Large-Scale Scrum : SAFe Is Not Safe
This is my second article about Large-Scale Scrum or LeSS. Let me start by making it clear that I am not saying that other approaches can’t or won’t work, but I firmly believe in a principles based approach. Principles that focus on the on-going delivery of business value through the focus on the sustainability for the humans as well as the product. Principles that support the concepts of building quality in and the belief in increasing business viability through increased productivity rather than cost reduction.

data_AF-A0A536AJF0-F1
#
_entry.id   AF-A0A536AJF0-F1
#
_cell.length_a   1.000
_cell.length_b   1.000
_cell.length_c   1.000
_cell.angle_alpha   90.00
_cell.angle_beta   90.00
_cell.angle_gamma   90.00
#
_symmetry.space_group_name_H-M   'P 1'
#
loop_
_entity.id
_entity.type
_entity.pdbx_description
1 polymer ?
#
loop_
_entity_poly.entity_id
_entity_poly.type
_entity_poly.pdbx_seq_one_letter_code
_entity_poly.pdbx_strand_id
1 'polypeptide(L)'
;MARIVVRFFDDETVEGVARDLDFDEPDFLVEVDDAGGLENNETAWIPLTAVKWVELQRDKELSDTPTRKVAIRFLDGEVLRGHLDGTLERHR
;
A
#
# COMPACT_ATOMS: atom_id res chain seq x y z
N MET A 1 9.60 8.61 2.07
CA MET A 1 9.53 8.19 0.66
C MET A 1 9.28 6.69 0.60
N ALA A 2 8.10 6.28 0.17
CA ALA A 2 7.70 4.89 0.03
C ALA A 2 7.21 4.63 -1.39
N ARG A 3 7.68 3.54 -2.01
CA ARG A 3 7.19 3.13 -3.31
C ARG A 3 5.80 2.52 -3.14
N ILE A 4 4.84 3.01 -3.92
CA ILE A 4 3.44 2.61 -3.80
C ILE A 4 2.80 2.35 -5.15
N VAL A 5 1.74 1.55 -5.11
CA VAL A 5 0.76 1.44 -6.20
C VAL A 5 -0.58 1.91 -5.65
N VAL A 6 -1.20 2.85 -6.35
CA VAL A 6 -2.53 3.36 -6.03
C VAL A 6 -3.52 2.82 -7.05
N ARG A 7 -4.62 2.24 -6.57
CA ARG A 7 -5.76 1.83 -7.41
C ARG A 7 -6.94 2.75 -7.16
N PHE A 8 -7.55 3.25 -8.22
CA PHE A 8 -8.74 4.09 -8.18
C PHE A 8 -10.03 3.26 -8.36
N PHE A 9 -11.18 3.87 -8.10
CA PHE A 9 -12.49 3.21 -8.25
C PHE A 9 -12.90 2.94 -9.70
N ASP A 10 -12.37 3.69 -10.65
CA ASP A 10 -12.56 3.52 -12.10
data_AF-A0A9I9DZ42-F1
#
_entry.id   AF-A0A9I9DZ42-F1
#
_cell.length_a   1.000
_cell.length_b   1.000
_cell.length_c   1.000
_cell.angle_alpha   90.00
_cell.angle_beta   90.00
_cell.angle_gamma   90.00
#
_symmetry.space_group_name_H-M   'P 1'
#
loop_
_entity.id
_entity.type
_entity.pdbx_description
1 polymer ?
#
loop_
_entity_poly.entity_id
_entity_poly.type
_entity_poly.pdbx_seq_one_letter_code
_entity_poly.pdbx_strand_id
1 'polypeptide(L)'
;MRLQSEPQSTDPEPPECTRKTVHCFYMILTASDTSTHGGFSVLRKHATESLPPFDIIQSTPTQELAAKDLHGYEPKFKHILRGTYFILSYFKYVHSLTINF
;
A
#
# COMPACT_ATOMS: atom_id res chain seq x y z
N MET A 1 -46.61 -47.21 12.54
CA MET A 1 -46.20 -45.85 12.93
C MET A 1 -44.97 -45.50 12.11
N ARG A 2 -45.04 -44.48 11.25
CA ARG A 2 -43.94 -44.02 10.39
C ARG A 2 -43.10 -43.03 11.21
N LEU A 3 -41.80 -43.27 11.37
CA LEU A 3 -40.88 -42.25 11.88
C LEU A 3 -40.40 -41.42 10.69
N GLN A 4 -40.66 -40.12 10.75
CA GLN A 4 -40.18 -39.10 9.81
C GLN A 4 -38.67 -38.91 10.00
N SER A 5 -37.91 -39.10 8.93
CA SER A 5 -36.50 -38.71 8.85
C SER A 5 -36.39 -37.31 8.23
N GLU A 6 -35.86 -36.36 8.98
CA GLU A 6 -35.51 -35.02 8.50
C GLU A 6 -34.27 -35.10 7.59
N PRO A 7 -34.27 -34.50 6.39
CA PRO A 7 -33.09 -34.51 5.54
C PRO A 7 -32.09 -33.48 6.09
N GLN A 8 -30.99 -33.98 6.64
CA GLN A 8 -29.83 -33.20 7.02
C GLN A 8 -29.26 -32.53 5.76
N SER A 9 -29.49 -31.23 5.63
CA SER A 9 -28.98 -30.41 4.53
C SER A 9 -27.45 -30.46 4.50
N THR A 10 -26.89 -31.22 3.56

SAFe is used by many organizations to manage software development and IT projects. For many organizations, the implementation of Scrum at the team level creates significant coordination and visibility issues. Because Scrum does not overtly deal with the issues of large scale scrum, organizations reach for traditional management techniques. The familiarity of these techniques makes them easy to fall back on. SAFe, while professing to be Agile, is in fact more of a traditional approach to muti-team development. One of the core concepts of SAFe is the Release Train. Here are four aspects of the SAFe Release Train and how LeSS handles these issues.